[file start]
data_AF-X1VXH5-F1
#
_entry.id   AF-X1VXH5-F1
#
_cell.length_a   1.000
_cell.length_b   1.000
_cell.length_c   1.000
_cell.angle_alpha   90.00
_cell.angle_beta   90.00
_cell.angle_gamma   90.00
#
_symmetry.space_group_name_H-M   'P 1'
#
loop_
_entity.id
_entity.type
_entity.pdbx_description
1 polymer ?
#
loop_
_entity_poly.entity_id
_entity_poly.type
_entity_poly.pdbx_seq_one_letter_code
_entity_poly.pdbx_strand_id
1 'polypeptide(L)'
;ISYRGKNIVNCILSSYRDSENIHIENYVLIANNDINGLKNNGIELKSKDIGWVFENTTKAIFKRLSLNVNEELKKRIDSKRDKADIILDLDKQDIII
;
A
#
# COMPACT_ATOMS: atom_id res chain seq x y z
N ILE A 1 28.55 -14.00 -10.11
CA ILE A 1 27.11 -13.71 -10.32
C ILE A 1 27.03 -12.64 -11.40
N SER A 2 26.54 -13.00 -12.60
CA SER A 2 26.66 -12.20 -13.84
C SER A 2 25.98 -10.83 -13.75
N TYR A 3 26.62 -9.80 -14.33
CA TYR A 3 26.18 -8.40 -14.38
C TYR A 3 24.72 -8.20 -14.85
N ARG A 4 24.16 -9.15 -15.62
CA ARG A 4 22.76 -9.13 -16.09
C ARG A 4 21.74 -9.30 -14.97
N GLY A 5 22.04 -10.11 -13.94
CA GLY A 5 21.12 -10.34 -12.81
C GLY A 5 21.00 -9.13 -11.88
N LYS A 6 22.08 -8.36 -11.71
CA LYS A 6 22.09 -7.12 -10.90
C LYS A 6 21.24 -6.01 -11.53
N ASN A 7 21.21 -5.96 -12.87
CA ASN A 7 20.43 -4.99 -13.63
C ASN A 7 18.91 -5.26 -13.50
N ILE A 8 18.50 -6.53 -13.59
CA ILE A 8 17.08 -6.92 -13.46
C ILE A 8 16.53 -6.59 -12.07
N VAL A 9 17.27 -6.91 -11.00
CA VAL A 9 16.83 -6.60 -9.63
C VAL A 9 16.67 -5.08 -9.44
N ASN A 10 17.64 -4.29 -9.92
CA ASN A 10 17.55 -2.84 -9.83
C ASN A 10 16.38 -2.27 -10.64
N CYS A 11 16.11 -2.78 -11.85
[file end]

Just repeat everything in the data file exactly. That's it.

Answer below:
data_AF-X1VXH5-F1
#
_entry.id   AF-X1VXH5-F1
#
_cell.length_a   1.000
_cell.length_b   1.000
_cell.length_c   1.000
_cell.angle_alpha   90.00
_cell.angle_beta   90.00
_cell.angle_gamma   90.00
#
_symmetry.space_group_name_H-M   'P 1'
#
loop_
_entity.id
_entity.type
_entity.pdbx_description
1 polymer ?
#
loop_
_entity_poly.entity_id
_entity_poly.type
_entity_poly.pdbx_seq_one_letter_code
_entity_poly.pdbx_strand_id
1 'polypeptide(L)'
;ISYRGKNIVNCILSSYRDSENIHIENYVLIANNDINGLKNNGIELKSKDIGWVFENTTKAIFKRLSLNVNEELKKRIDSKRDKADIILDLDKQDIII
;
A
#
# COMPACT_ATOMS: atom_id res chain seq x y z
N ILE A 1 28.55 -14.00 -10.11
CA ILE A 1 27.11 -13.71 -10.32
C ILE A 1 27.03 -12.64 -11.40
N SER A 2 26.54 -13.00 -12.60
CA SER A 2 26.66 -12.20 -13.84
C SER A 2 25.98 -10.83 -13.75
N TYR A 3 26.62 -9.80 -14.33
CA TYR A 3 26.18 -8.40 -14.38
C TYR A 3 24.72 -8.20 -14.85
N ARG A 4 24.16 -9.15 -15.62
CA ARG A 4 22.76 -9.13 -16.09
C ARG A 4 21.74 -9.30 -14.97
N GLY A 5 22.04 -10.11 -13.94
CA GLY A 5 21.12 -10.34 -12.81
C GLY A 5 21.00 -9.13 -11.88
N LYS A 6 22.08 -8.36 -11.71
CA LYS A 6 22.09 -7.12 -10.90
C LYS A 6 21.24 -6.01 -11.53
N ASN A 7 21.21 -5.96 -12.87
CA ASN A 7 20.43 -4.99 -13.63
C ASN A 7 18.91 -5.26 -13.50
N ILE A 8 18.50 -6.53 -13.59
CA ILE A 8 17.08 -6.92 -13.46
C ILE A 8 16.53 -6.59 -12.07
N VAL A 9 17.27 -6.91 -11.00
CA VAL A 9 16.83 -6.60 -9.63
C VAL A 9 16.67 -5.08 -9.44
N ASN A 10 17.64 -4.29 -9.92
CA ASN A 10 17.55 -2.84 -9.83
C ASN A 10 16.38 -2.27 -10.64
N CYS A 11 16.11 -2.78 -11.85